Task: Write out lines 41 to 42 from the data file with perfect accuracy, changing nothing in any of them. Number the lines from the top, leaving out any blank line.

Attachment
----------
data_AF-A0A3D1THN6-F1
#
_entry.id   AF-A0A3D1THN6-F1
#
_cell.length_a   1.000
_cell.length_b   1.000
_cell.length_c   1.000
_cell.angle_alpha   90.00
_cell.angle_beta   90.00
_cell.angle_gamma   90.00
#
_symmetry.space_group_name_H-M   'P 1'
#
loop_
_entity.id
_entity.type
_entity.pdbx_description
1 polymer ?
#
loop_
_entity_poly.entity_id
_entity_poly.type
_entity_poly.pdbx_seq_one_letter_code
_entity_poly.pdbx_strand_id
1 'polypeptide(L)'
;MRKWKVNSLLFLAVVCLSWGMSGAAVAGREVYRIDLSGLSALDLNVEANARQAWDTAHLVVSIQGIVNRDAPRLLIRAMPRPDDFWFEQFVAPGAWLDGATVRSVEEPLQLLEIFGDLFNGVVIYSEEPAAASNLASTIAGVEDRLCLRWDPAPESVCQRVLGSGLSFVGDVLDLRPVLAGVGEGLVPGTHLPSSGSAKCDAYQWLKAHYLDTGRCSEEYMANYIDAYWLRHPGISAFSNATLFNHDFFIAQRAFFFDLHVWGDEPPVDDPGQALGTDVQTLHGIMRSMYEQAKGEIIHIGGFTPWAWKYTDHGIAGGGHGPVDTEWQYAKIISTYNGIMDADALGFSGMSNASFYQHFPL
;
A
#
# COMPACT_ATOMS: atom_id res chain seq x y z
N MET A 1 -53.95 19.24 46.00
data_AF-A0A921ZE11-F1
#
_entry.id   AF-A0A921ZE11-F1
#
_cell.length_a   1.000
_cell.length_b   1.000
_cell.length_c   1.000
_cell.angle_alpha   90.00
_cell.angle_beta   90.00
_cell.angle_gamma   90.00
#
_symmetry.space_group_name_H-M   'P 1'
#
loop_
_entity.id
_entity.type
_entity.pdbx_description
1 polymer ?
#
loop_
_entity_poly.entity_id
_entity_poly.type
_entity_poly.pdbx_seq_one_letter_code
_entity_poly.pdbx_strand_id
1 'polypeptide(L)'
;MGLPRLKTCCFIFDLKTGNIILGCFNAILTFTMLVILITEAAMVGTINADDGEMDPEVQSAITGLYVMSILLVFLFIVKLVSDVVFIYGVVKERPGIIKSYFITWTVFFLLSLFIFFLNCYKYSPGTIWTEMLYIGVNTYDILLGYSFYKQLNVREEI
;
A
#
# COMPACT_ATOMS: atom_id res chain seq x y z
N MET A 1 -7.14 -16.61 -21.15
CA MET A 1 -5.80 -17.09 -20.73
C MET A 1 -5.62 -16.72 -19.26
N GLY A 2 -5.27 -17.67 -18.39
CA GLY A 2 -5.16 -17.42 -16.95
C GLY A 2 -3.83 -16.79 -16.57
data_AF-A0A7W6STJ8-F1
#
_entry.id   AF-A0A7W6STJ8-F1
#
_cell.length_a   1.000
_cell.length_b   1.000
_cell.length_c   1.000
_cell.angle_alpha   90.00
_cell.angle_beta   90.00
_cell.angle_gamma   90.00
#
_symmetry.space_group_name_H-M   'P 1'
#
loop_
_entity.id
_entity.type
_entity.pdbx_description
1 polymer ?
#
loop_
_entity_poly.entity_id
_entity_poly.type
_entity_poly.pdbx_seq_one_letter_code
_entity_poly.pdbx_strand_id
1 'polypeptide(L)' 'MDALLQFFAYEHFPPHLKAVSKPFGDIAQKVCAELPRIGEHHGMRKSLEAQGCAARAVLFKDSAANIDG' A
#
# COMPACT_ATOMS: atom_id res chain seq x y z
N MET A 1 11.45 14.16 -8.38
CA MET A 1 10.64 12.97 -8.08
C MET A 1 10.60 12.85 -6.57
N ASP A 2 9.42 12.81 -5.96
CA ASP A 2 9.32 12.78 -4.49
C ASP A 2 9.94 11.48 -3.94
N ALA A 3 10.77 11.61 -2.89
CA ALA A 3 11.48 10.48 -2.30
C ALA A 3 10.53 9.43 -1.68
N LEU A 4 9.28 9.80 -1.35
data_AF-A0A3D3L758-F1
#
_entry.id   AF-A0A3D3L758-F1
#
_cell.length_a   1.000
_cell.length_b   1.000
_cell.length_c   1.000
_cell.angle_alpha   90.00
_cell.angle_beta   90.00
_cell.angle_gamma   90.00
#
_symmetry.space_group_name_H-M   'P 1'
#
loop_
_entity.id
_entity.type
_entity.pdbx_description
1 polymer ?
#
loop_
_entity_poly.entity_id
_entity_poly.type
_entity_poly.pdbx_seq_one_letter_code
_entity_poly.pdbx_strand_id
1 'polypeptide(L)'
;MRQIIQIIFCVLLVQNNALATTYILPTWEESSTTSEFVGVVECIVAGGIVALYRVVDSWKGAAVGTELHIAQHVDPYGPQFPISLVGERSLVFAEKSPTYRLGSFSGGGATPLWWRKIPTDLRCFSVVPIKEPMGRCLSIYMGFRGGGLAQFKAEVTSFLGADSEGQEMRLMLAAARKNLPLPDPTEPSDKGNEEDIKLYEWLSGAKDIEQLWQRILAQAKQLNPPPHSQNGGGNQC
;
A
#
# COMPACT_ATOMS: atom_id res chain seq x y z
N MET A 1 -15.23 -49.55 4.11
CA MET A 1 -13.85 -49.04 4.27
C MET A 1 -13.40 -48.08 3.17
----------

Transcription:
_cell.angle_gamma   90.00
#